EA CEO John Riccitiello has resigned, effective March 30, citing personal responsibility for the publisher's lowered guidance and missed financial targets.
Riccitiello's resignation was accompanied by and apparently the consequence of the publisher's failure to meet financial targets in the last quarter, causing it to lower its guidance in January.
Larry Probst will manage a transition period until a new boss is found, with EA vetting both internal and external candidates. Probst is fairly well qualified to helm one of the industry's biggest ships; he's been chairman of the board since 1994 and serves as CEO from 1991 to 2007, and began EA's assault on mobile and online.
"We thank John for his contributions to EA since he was appointed CEO in 2007, especially the passion, dedication and energy he brought to the Company every single day," Probst said.
"John has worked hard to lead the Company through challenging transitions in our industry, and was instrumental in driving our very significant growth in digital revenues. We appreciate John's leadership and the many important strategic initiatives he has driven for the Company. We have mutually agreed that this is the right time for a leadership transition."
In an extended and less formal statement, Probst said Riccitiello has "compiled a history of great leadership" in his 12 years of service.
"John’s tenure at EA has been marked by bold decisions, a big vision for online games, a passion for product quality and an enduring respect for the people who work here. John made an indelible mark on our culture and shaped many of our most successful leaders. We wish him the very best in whatever he decides to do next," he said.
"EA’s strategy and future are rock solid. Our business is built on more than a dozen powerful, globally recognized brands. We are clear leaders in the fastest growing category in games – mobile – and we are positioned to lead on the next generation of consoles. Most importantly we have deep reserves of talent – new faces and industry veterans who form the core of EA’s leadership."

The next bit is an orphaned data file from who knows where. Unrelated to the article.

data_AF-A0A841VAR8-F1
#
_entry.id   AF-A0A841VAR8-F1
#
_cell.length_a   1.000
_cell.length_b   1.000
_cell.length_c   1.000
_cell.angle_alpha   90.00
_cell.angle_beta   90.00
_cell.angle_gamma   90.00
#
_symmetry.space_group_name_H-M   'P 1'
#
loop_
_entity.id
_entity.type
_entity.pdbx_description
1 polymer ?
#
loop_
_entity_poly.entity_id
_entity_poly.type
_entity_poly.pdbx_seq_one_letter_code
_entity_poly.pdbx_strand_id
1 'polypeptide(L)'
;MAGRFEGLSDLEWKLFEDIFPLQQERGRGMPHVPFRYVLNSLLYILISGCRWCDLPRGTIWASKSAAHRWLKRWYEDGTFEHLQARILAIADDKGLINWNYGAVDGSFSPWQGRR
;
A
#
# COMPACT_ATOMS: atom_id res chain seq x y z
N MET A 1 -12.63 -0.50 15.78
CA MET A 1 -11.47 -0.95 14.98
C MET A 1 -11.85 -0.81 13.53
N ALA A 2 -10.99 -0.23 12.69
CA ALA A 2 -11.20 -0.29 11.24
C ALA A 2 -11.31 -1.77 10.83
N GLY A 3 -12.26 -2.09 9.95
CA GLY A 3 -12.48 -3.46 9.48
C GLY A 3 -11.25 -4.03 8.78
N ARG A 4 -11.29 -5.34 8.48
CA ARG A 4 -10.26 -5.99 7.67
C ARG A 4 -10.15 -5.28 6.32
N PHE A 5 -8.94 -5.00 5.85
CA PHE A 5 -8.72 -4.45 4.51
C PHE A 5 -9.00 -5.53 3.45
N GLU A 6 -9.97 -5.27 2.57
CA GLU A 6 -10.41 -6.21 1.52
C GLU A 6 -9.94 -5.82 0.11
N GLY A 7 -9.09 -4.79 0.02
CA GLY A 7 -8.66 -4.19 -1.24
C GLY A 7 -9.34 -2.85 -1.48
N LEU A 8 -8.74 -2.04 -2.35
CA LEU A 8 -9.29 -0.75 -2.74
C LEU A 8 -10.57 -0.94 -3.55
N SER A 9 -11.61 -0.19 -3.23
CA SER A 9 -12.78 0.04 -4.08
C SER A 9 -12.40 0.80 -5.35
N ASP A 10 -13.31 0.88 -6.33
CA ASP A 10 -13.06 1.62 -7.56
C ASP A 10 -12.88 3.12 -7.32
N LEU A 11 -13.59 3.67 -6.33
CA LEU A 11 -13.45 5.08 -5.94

"EA expects that its revenues and earnings per share for the current quarter will be at the low end of, or slightly below previously issued guidance provided in its press release dated January 30, 2013," the publisher said in an accompanying statement.
EA will announce its fourth quarter and fiscal year 2013 results on May 7. In the wake of Ricitiello's announcement, the publisher's stock has jumped 2.6% in after-hours trading, according to GamesIndustry. It continues a general upward trend from just below $14 to nearly $19 since early January,
Industry analyst Colin Sebastian issued a note to investors, as reported by Gamespot, describing Riccitiello as a "controversial" CEO, and assuring them the executive shuffle is justified.
"We believe timing makes sense for a CEO transition at the end of the fiscal year, and ahead of next generation console launches and a strong [second half of 2013] title lineup (Battlefield and EA Sports). We believe EA is well positioned for the console refresh cycle, and the company has made progress in building a digital platform and more recently controlling expenses. However, we note that inconsistent financial performance, some high profile title flops (e.g., Star Wars: The Old Republic) and employee turnover were issues that impacted the CEO's credibility."
Sebastian suggested COO Peter Moore and EA Labels president Frank Gibeau as potential replacements for Riccitiello.
According to Polygon, Riccitiello will receive 24 months of salary continuation and continued vesting of unvested stock options until November 30, 2013. Here's his full resignation letter.
In EA's recent financial calls, its reliance on EA Sports, Battlefield and mobile has been repeated often enough to become a mantra - because few of its other recent releases have quite hit the mark. It was particularly disappointed in Medal of Honor: Warfighter, choosing to put the franchise on hold for a while as a result of poor performance.
Meanwhile, even those titles which scored well with critics, like Crysis 3 and Need for Speed: Most Wanted, haven't made a major splash, although it's worth noting that Dead Space 3 topped the US charts this month. The publisher has constantly defended its major investment in Star Wars: The Old Republic, but the MMO has since gone free-to-play.
Moving into the future, EA's triple-A business model will be further challenged by increased next-generation costs. Its upcoming release state has been kept quiet thanks to the secrecy surrounding new platforms, but we're expecting a new Battlefield, Dragon Age and FIFA in reveals over the course of the year, as well as Army of Two: The Devil's Cartel this month and Insomniac's FUSE next quarter.